Mluleki registered for his PhD at UCT in 2015. His area of focus was knowledge management systems in parastatal organisations. His PhD was supervised by Professor Michael Kyobe, and the topic of his dissertation was “Nontechnical factors that influence the implementation of a knowledge management system in a parastatal organisation in South Africa”.
“Education is the most powerful weapon which you can use to change the world.”
Mluleki is inspired by former president Nelson Mandela’s quote, “Education is the most powerful weapon which you can use to change the world”, and decided to organise a graduation event on 31 July, at which a pre‑recorded keynote address by UCT Vice-Chancellor Professor Mamokgethi Phakeng was broadcast, in order to inspire people in townships to pursue university education.
He had originally hoped to have a celebration in his hometown in the Eastern Cape but decided instead to hold the ceremony in Khayelitsha. The idea behind the ceremony is to bridge the big divide between universities and townships. The audience at the ceremony included community leaders, Grade 12 learners, church leaders, and other graduates from different institutions. Members of the Majavu family, as well as colleagues from PRASA and other educational institutions, were also be present.
In particular, Mluleki looks forward to the opportunity to celebrate his achievement with his siblings; his grandmother; his mother, Nozibhozo Caroline Majavu, and his father, Themeblani Roy Majavu.
Mluleki is also the first from his family to graduate from university, and three of his siblings have gone on to pursue tertiary education. As a result of his academic achievements, he has started to motivate people around him to further their studies.
And as if that’s not enough, Mluleki has also gone on to establish the Dr Mluleki Majavu Foundation to provide mentorship and guidance to young people.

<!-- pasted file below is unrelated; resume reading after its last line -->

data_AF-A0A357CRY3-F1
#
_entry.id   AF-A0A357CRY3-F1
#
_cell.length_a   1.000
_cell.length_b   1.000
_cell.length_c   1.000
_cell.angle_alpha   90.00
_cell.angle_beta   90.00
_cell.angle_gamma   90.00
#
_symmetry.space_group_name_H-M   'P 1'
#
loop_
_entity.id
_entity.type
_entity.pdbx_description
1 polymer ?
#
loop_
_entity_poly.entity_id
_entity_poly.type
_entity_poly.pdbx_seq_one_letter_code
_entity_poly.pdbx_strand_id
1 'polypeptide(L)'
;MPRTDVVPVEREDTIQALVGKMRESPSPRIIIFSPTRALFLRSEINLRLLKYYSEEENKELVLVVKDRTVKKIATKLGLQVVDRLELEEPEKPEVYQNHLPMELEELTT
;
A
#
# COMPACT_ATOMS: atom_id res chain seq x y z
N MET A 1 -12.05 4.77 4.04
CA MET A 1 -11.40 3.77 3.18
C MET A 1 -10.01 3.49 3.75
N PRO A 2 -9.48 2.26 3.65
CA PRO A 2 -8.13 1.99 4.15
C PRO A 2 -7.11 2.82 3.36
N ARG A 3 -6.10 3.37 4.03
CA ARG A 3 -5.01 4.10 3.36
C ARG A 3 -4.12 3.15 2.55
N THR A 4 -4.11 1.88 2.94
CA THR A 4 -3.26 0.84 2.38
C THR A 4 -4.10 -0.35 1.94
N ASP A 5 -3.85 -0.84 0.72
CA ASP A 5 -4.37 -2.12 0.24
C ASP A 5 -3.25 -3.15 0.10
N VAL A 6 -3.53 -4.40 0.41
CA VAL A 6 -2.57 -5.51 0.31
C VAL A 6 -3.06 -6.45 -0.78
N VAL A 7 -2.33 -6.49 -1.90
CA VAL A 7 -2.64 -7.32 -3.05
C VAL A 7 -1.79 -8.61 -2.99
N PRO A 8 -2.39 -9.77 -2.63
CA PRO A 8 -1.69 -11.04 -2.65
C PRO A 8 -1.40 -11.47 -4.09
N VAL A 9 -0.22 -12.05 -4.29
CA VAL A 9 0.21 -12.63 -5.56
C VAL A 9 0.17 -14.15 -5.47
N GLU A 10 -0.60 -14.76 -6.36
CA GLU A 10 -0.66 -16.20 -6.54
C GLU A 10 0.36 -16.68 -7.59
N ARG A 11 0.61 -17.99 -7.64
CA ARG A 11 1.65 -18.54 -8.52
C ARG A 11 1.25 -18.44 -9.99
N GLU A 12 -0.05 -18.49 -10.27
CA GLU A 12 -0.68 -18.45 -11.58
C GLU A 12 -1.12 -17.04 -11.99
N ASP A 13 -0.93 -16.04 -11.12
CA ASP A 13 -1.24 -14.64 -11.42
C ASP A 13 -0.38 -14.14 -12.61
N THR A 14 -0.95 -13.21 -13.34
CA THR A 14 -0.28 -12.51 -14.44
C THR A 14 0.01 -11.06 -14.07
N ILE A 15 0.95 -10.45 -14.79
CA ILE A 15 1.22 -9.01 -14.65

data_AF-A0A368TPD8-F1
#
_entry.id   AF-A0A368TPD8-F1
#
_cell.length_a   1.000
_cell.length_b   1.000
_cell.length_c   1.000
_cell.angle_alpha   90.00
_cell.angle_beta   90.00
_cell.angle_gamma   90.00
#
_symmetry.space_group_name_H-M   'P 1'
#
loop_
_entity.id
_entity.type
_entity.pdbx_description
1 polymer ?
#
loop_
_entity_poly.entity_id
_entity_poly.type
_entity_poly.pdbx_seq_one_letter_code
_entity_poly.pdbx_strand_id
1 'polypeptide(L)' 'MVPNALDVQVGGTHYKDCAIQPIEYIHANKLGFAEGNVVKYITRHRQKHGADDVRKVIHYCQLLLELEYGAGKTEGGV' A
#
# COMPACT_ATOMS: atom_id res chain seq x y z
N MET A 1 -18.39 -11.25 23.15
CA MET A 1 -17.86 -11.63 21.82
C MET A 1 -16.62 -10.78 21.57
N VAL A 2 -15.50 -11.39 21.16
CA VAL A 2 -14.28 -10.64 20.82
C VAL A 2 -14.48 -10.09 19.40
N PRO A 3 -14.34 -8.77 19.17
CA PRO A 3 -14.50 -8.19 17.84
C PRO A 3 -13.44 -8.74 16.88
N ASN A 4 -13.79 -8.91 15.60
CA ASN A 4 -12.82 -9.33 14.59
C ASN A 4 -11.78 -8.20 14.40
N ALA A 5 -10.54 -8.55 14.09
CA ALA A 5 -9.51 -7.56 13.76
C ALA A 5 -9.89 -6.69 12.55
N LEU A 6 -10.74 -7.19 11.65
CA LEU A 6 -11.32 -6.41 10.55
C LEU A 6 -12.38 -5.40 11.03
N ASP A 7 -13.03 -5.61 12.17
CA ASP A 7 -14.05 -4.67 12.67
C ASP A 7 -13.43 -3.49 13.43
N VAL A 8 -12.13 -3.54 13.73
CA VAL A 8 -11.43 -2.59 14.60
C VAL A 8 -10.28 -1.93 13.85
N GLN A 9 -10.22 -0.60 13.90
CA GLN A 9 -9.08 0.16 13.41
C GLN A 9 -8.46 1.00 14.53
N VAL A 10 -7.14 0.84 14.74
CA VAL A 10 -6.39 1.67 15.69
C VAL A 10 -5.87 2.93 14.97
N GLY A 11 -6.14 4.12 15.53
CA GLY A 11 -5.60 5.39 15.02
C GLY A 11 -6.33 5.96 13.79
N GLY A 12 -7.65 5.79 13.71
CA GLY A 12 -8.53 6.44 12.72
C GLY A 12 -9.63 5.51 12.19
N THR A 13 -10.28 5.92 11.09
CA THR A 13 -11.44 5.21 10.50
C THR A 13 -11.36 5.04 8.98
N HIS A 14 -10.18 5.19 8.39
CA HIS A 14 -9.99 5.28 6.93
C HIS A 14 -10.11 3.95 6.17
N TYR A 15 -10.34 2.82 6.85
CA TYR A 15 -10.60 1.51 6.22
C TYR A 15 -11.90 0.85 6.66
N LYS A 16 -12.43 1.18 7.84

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We understand the disappointment that our students and their families feel about the impact that the global pandemic has had on the normal operations for graduation ceremonies. Please know that the decision to host virtual graduation events was not taken lightly. We congratulate the December 2021 graduands on their academic success during exceptionally challenging times.
The December 2021 cohort graduated during the virtual celebratory events as per the published schedule available on the graduation page on the UCT Students website, where you will find full information about graduation.
You can also follow the celebrations on UCT’s Twitter page by using the #UCTGrad2021 hashtag.
The names of all of the December 2021 graduands (before the ceremony) and graduates (after the ceremony) can be found in the ceremony programme PDFs. Congratulations to all of you!
The UCT News team has profiled a cross-section of inspirational graduands whose stories have inspired us. To all those we haven’t been able to feature, we’d like to say: each one of you is an inspiration – to your university, your families and your communities. We wish you every success in the future.